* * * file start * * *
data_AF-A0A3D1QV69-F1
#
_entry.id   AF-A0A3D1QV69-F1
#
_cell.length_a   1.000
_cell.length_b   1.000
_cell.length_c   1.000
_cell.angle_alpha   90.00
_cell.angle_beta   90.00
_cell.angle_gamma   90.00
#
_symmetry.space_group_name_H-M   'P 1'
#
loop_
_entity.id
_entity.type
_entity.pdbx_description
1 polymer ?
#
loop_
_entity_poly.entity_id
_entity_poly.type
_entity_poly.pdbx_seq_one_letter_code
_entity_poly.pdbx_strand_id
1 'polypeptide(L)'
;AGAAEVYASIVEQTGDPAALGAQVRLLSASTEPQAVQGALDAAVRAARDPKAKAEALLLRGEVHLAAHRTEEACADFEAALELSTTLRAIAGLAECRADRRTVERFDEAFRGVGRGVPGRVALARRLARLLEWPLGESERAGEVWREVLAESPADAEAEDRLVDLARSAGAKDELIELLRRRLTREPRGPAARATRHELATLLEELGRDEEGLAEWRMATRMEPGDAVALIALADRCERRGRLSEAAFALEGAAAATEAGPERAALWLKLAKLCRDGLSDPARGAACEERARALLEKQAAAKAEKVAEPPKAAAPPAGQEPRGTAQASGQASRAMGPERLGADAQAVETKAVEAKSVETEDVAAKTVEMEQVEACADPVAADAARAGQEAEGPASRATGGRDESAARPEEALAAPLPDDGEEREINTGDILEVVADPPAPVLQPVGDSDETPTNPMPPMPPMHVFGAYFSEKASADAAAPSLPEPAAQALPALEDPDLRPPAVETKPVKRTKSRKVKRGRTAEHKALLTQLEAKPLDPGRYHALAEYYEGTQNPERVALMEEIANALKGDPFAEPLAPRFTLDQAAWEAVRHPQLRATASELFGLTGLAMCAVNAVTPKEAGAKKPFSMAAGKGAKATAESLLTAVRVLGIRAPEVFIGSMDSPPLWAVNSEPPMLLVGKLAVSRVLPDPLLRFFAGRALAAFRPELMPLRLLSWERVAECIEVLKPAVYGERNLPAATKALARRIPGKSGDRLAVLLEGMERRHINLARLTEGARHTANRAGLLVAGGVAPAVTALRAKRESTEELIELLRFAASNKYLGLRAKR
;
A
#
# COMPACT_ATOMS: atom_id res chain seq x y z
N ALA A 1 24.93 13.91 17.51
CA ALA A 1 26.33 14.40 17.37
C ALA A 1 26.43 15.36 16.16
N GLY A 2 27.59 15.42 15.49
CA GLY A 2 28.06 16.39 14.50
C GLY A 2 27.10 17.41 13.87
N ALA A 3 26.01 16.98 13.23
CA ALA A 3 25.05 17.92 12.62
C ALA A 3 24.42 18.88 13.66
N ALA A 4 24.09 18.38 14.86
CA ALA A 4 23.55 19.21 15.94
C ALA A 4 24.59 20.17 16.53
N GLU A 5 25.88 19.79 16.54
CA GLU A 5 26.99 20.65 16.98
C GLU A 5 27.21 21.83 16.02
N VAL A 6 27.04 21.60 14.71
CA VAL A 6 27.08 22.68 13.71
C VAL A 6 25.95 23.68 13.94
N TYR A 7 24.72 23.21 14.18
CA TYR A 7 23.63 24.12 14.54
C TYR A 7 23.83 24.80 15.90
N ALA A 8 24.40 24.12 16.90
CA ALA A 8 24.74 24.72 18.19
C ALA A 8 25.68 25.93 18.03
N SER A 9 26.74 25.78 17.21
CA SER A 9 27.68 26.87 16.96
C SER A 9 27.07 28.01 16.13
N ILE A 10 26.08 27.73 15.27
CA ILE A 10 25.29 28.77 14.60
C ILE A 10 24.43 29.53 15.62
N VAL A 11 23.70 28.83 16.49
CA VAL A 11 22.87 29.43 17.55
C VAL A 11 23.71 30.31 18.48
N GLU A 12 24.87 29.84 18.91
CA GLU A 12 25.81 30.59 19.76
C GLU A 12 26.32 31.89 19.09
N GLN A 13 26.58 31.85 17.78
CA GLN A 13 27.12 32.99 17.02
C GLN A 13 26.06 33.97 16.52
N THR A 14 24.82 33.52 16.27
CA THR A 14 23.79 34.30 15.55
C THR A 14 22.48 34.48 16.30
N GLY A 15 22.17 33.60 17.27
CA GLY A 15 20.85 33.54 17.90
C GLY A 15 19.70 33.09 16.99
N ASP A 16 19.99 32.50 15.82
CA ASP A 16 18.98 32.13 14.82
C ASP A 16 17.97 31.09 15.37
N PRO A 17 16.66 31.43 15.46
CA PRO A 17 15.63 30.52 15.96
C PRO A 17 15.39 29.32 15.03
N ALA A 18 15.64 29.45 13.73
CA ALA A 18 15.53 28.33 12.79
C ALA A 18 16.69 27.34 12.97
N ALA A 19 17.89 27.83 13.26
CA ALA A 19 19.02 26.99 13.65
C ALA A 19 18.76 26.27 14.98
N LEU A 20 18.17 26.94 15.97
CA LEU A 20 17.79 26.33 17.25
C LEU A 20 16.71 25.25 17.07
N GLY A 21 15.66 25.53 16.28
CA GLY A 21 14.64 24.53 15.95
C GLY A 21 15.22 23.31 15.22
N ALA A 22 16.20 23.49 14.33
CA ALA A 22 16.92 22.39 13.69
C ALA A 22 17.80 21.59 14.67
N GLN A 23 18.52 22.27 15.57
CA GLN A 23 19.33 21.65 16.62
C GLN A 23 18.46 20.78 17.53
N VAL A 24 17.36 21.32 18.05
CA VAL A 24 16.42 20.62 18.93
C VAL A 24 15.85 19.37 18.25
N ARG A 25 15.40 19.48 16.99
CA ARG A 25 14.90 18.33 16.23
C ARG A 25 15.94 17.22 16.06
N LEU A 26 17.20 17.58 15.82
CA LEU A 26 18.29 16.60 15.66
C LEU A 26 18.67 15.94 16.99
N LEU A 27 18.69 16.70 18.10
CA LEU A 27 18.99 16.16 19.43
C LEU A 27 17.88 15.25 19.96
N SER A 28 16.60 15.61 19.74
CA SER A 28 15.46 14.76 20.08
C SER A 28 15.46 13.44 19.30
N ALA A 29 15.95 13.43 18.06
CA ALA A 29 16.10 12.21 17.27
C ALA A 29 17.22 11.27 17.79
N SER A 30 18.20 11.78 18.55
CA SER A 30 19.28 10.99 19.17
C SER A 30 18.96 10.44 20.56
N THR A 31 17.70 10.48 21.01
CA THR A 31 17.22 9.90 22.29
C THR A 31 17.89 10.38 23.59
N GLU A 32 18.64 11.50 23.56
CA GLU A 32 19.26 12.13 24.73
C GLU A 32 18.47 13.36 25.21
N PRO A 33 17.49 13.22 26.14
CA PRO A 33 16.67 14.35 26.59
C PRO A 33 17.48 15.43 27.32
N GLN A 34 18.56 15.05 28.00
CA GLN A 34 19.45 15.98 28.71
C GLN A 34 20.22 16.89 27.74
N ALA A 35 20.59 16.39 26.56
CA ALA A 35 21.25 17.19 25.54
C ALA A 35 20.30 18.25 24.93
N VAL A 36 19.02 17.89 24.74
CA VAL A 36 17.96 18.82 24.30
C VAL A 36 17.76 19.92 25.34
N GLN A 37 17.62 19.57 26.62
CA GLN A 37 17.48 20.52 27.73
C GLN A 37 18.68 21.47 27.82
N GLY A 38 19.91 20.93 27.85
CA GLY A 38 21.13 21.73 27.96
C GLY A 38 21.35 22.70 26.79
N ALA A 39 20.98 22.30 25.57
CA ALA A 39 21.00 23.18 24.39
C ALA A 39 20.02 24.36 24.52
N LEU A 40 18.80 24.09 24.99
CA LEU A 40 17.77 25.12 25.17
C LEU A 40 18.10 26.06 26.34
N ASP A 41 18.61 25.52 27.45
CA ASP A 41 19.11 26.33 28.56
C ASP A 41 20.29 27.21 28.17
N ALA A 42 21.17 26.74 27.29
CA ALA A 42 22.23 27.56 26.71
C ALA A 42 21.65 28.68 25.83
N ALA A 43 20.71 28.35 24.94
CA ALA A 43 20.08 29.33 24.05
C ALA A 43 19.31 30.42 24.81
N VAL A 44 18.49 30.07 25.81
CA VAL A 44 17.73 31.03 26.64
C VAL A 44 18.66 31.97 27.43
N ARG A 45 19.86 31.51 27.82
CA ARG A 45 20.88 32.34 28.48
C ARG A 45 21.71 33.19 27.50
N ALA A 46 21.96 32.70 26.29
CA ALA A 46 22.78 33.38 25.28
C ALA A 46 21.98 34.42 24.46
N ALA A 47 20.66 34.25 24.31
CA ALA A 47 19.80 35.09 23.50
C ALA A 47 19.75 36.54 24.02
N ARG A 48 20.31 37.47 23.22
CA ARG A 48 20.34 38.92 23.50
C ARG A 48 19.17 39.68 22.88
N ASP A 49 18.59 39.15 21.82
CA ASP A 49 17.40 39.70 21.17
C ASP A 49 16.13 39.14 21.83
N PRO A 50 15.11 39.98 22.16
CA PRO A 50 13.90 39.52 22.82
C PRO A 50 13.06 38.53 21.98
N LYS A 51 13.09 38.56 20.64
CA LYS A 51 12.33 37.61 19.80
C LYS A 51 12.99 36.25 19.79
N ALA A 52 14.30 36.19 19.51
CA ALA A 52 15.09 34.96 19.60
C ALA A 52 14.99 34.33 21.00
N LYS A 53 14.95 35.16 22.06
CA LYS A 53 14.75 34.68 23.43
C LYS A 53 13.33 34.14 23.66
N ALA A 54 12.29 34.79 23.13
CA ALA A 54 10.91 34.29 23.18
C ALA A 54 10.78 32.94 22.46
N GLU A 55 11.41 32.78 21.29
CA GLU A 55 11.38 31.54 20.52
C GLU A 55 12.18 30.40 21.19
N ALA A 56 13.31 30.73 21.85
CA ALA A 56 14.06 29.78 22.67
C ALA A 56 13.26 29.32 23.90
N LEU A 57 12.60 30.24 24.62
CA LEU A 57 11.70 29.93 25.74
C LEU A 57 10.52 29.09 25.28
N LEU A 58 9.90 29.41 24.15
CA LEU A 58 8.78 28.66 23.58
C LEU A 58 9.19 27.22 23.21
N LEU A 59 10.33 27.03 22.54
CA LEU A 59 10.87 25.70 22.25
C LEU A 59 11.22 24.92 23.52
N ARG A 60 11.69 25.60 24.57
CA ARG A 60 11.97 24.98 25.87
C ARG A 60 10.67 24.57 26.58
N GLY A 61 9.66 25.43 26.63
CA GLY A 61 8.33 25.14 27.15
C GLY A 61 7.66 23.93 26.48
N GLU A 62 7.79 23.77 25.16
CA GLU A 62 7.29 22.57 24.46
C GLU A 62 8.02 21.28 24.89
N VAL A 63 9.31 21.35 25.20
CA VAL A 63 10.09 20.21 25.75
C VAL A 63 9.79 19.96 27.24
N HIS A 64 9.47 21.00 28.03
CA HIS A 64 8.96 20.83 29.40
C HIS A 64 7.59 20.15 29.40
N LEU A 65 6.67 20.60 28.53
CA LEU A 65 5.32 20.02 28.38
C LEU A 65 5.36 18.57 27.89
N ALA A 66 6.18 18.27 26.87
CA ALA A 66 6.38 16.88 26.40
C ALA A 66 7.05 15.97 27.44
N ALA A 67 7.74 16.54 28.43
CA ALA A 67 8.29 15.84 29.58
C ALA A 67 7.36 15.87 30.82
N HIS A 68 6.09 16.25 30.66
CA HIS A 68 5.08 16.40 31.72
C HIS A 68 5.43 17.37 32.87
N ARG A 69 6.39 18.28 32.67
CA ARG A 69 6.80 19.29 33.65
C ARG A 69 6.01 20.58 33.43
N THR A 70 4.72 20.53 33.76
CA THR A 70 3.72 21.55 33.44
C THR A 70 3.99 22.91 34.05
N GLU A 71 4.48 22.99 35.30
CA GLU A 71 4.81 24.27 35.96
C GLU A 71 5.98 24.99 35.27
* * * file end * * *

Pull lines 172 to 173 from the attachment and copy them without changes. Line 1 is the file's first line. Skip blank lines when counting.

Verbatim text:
N ARG A 48 20.31 37.47 23.22
CA ARG A 48 20.34 38.92 23.50